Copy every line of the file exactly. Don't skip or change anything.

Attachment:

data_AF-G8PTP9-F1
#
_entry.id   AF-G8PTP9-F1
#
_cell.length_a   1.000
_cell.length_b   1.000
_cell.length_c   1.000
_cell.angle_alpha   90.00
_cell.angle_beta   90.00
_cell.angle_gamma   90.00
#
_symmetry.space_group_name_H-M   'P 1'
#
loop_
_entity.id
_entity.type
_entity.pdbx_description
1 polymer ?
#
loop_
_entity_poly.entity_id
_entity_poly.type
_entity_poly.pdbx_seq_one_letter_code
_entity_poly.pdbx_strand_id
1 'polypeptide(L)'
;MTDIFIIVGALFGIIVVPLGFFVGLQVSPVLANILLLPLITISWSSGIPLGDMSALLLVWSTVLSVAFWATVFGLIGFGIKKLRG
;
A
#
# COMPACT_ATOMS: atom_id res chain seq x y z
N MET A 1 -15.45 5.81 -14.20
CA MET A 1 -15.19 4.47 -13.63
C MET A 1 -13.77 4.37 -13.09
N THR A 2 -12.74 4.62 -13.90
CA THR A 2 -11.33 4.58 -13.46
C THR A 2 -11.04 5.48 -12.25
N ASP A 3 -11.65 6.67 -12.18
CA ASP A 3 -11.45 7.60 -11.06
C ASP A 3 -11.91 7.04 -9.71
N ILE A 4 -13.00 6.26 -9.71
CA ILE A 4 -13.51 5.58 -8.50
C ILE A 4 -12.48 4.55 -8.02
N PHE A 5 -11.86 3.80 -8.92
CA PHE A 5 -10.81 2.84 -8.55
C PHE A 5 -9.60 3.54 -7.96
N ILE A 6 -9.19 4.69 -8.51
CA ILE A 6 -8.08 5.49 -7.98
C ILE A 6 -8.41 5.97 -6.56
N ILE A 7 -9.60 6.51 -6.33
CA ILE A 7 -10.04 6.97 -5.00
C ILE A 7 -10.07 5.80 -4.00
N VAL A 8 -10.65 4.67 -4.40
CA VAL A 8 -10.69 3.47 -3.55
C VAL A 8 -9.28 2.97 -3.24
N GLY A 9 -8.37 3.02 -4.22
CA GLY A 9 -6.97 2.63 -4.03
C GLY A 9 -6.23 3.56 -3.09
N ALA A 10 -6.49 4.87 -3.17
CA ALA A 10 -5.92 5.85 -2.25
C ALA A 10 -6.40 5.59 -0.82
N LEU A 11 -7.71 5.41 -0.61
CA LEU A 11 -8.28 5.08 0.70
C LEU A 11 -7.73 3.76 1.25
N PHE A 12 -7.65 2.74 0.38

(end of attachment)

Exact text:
data_AF-G8PTP9-F1
#
_entry.id   AF-G8PTP9-F1
#
_cell.length_a   1.000
_cell.length_b   1.000
_cell.length_c   1.000
_cell.angle_alpha   90.00
_cell.angle_beta   90.00
_cell.angle_gamma   90.00
#
_symmetry.space_group_name_H-M   'P 1'
#
loop_
_entity.id
_entity.type
_entity.pdbx_description
1 polymer ?
#
loop_
_entity_poly.entity_id
_entity_poly.type
_entity_poly.pdbx_seq_one_letter_code
_entity_poly.pdbx_strand_id
1 'polypeptide(L)'
;MTDIFIIVGALFGIIVVPLGFFVGLQVSPVLANILLLPLITISWSSGIPLGDMSALLLVWSTVLSVAFWATVFGLIGFGIKKLRG
;
A
#
# COMPACT_ATOMS: atom_id res chain seq x y z
N MET A 1 -15.45 5.81 -14.20
CA MET A 1 -15.19 4.47 -13.63
C MET A 1 -13.77 4.37 -13.09
N THR A 2 -12.74 4.62 -13.90
CA THR A 2 -11.33 4.58 -13.46
C THR A 2 -11.04 5.48 -12.25
N ASP A 3 -11.65 6.67 -12.18
CA ASP A 3 -11.45 7.60 -11.06
C ASP A 3 -11.91 7.04 -9.71
N ILE A 4 -13.00 6.26 -9.71
CA ILE A 4 -13.51 5.58 -8.50
C ILE A 4 -12.48 4.55 -8.02
N PHE A 5 -11.86 3.80 -8.92
CA PHE A 5 -10.81 2.84 -8.55
C PHE A 5 -9.60 3.54 -7.96
N ILE A 6 -9.19 4.69 -8.51
CA ILE A 6 -8.08 5.49 -7.98
C ILE A 6 -8.41 5.97 -6.56
N ILE A 7 -9.60 6.51 -6.33
CA ILE A 7 -10.04 6.97 -5.00
C ILE A 7 -10.07 5.80 -4.00
N VAL A 8 -10.65 4.67 -4.40
CA VAL A 8 -10.69 3.47 -3.55
C VAL A 8 -9.28 2.97 -3.24
N GLY A 9 -8.37 3.02 -4.22
CA GLY A 9 -6.97 2.63 -4.03
C GLY A 9 -6.23 3.56 -3.09
N ALA A 10 -6.49 4.87 -3.17
CA ALA A 10 -5.92 5.85 -2.25
C ALA A 10 -6.40 5.59 -0.82
N LEU A 11 -7.71 5.41 -0.61
CA LEU A 11 -8.28 5.08 0.70
C LEU A 11 -7.73 3.76 1.25
N PHE A 12 -7.65 2.74 0.38